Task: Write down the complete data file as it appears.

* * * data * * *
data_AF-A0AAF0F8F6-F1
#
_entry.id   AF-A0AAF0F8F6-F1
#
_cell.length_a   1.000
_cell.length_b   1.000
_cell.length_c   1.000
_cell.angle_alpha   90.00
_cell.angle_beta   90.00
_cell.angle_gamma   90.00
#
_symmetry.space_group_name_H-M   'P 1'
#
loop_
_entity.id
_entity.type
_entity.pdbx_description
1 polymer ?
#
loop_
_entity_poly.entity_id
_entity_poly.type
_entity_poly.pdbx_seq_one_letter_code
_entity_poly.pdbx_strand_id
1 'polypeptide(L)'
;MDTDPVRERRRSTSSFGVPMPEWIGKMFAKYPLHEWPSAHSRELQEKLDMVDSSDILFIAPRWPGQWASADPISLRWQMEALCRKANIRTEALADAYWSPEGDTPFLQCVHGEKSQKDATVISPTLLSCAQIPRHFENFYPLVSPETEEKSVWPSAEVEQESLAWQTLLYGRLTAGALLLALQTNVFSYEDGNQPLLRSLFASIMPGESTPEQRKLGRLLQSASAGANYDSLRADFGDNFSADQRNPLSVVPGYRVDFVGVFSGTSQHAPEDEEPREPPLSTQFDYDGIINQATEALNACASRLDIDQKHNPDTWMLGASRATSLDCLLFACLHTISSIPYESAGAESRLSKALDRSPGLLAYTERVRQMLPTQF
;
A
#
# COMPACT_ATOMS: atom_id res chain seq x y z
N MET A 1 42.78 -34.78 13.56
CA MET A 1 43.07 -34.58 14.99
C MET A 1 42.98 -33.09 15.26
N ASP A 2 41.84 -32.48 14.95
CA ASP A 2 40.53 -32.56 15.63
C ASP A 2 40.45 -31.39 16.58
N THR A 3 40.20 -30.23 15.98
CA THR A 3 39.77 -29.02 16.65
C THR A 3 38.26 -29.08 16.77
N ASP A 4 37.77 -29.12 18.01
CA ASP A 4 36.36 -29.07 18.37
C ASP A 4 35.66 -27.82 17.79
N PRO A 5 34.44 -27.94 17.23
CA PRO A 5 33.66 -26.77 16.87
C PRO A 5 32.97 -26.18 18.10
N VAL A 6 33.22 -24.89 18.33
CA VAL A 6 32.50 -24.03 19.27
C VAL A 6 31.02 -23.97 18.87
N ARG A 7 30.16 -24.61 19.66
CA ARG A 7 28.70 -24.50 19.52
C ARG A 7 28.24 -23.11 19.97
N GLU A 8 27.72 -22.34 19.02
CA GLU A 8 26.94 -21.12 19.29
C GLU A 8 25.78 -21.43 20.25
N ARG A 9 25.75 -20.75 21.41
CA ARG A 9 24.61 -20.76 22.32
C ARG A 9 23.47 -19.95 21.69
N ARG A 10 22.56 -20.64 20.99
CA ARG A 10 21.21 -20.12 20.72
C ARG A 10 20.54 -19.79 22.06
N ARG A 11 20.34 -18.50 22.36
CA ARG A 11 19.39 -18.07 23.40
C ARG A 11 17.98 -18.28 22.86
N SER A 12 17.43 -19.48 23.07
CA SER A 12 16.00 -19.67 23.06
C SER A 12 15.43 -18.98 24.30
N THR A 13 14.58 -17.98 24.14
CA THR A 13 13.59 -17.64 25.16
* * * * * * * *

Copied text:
data_AF-A0AAF0F8F6-F1
#
_entry.id   AF-A0AAF0F8F6-F1
#
_cell.length_a   1.000
_cell.length_b   1.000
_cell.length_c   1.000
_cell.angle_alpha   90.00
_cell.angle_beta   90.00
_cell.angle_gamma   90.00
#
_symmetry.space_group_name_H-M   'P 1'
#
loop_
_entity.id
_entity.type
_entity.pdbx_description
1 polymer ?
#
loop_
_entity_poly.entity_id
_entity_poly.type
_entity_poly.pdbx_seq_one_letter_code
_entity_poly.pdbx_strand_id
1 'polypeptide(L)'
;MDTDPVRERRRSTSSFGVPMPEWIGKMFAKYPLHEWPSAHSRELQEKLDMVDSSDILFIAPRWPGQWASADPISLRWQMEALCRKANIRTEALADAYWSPEGDTPFLQCVHGEKSQKDATVISPTLLSCAQIPRHFENFYPLVSPETEEKSVWPSAEVEQESLAWQTLLYGRLTAGALLLALQTNVFSYEDGNQPLLRSLFASIMPGESTPEQRKLGRLLQSASAGANYDSLRADFGDNFSADQRNPLSVVPGYRVDFVGVFSGTSQHAPEDEEPREPPLSTQFDYDGIINQATEALNACASRLDIDQKHNPDTWMLGASRATSLDCLLFACLHTISSIPYESAGAESRLSKALDRSPGLLAYTERVRQMLPTQF
;
A
#
# COMPACT_ATOMS: atom_id res chain seq x y z
N MET A 1 42.78 -34.78 13.56
CA MET A 1 43.07 -34.58 14.99
C MET A 1 42.98 -33.09 15.26
N ASP A 2 41.84 -32.48 14.95
CA ASP A 2 40.53 -32.56 15.63
C ASP A 2 40.45 -31.39 16.58
N THR A 3 40.20 -30.23 15.98
CA THR A 3 39.77 -29.02 16.65
C THR A 3 38.26 -29.08 16.77
N ASP A 4 37.77 -29.12 18.01
CA ASP A 4 36.36 -29.07 18.37
C ASP A 4 35.66 -27.82 17.79
N PRO A 5 34.44 -27.94 17.23
CA PRO A 5 33.66 -26.77 16.87
C PRO A 5 32.97 -26.18 18.10
N VAL A 6 33.22 -24.89 18.33
CA VAL A 6 32.50 -24.03 19.27
C VAL A 6 31.02 -23.97 18.87
N ARG A 7 30.16 -24.61 19.66
CA ARG A 7 28.70 -24.50 19.52
C ARG A 7 28.24 -23.11 19.97
N GLU A 8 27.72 -22.34 19.02
CA GLU A 8 26.94 -21.12 19.29
C GLU A 8 25.78 -21.43 20.25
N ARG A 9 25.75 -20.75 21.41
CA ARG A 9 24.61 -20.76 22.32
C ARG A 9 23.47 -19.95 21.69
N ARG A 10 22.56 -20.64 20.99
CA ARG A 10 21.21 -20.12 20.72
C ARG A 10 20.54 -19.79 22.06
N ARG A 11 20.34 -18.50 22.36
CA ARG A 11 19.39 -18.07 23.40
C ARG A 11 17.98 -18.28 22.86
N SER A 12 17.43 -19.48 23.07
CA SER A 12 16.00 -19.67 23.06
C SER A 12 15.43 -18.98 24.30
N THR A 13 14.58 -17.98 24.14
CA THR A 13 13.59 -17.64 25.16